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Discovery Institute emerging as force in creation, public policy

SEATTLE (BP)–Anti-evolutionists have a new rallying point: the Center for the Renewal of Science and Culture at Discovery Institute, a public policy forum based in Seattle.

The center, established in 1996, has emerged as the national think tank for the “intelligent design” movement, which holds that the foundations of life are too complex to have been created by chance, or evolution as theorized by Charles Darwin.

The intelligent design movement is three things: scientific research investigating the effects of intelligent causes; an intellectual movement that challenges naturalistic evolutionary theories; and a way of understanding divine action.

Although the fast-growing movement and its leading scientists, mathematicians and other proponents have gained considerable grassroots support, many scientists and theologians remain skeptical about intelligent design.

One detractor quoted in an April 8 article in The New York Times called intelligent design “anti-evolution in a cheap tuxedo,” while another stated ID proponent William “Dembski’s mathematics were impressive, [but] his analysis was probably detecting only the complexity that evolution itself would normally produce.”

Design theorists, however, regard such responses as “ad hominum” (attacking the man rather than the argument), said Mark Edwards, a spokesman for the Discovery Institute.

Some theologians, meanwhile, protest ID’s openness to the thesis that the earth is billions of years old, not the thousands of years suggested by a literal reading of the Bible. Some object to the fact that while ID proponents insist on the work of an intelligent designer, they don’t require that to be the biblical God.

Those affiliated with Discovery Institute, however, believe that theological objections are not sufficient reason to stifle scientific investigation, Edwards said.

Some critics also feel that rather than proving its case first in scientific laboratories, intelligent design is making its arguments to the people, according to a March 25 article in The Los Angeles Times. This upsets the scientific community, but endears the ID concept in the minds of the 90 percent of Americans who believe God created the universe and everything in it.

Many ID arguments emanate from the fellows, members, board, advisers and staff associated with the Discovery Institute’s Center for the Renewal of Science and Culture. They constitute a widespread public policy community, connected through cyberspace, with headquarters in Seattle and an office in Washington, D.C.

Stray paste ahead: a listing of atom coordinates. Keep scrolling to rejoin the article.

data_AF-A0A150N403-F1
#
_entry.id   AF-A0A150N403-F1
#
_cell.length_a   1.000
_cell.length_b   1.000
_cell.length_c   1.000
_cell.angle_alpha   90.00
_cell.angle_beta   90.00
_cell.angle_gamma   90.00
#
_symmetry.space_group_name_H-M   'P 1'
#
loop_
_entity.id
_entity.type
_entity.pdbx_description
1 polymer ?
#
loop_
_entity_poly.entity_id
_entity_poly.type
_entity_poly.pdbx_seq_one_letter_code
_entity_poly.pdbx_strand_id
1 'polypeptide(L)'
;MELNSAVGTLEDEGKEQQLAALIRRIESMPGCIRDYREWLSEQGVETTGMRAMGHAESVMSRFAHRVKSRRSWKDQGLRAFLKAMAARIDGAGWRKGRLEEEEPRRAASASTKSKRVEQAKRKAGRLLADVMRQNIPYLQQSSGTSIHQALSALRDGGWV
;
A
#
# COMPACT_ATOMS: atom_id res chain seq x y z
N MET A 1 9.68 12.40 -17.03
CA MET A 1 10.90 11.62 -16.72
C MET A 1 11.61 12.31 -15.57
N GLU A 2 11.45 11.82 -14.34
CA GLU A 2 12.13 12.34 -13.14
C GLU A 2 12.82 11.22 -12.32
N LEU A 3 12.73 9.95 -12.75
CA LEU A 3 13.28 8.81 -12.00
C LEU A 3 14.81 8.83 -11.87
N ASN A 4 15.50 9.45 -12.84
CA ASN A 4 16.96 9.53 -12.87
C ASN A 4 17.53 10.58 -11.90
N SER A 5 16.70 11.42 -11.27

The Center for the Renewal of Science and Culture is the largest and the newest of six program areas for the Discovery Institute, which was founded in 1990. The others include technology and public policy, environment and the economy, national security and defense, religion, liberty and civic life.

The Center for the Renewal of Science and Culture has produced 25 books, hosted a stream of conferences and provided more than 100 doctoral and postdoctoral fellowships over the last five years — half of the Discovery Institute’s total output over its 11-year history.

“Our mission is to make a positive vision of the future practical by discovering and promoting ideas in the common sense tradition of representative government, the free market and individual liberty,” the institute’s founder and president, Bruce Chapman, said. Chapman’s extensive public service and private sector background includes terms as director of White House Office Planning and Evaluation and deputy assistant to President Ronald Reagan.

“We seek to advance a realistic internationalism and traditional Judeo-Christian moral principles,” Chapman said. “The agenda is one we set ourselves, rather than responding to funding sources.”

Discovery Institute, however, with its $4 million annual budget ($1.2 million of which is for the Center for the Renewal of Science and Culture) is heavily funded by evangelical Christians. Maclellan Foundation of Chattanooga, Tenn., for example, awarded $350,000 to the institute with the hope researchers would be able to prove evolution to be a false theory. Fieldstead & Co., owned by Howard and Robert Ahmanson of Irvine, Calif., pledged $2.8 million through 2003 to support the Center for the Renewal of Science and Culture.

For more about Discovery Institute, see www.discovery.org.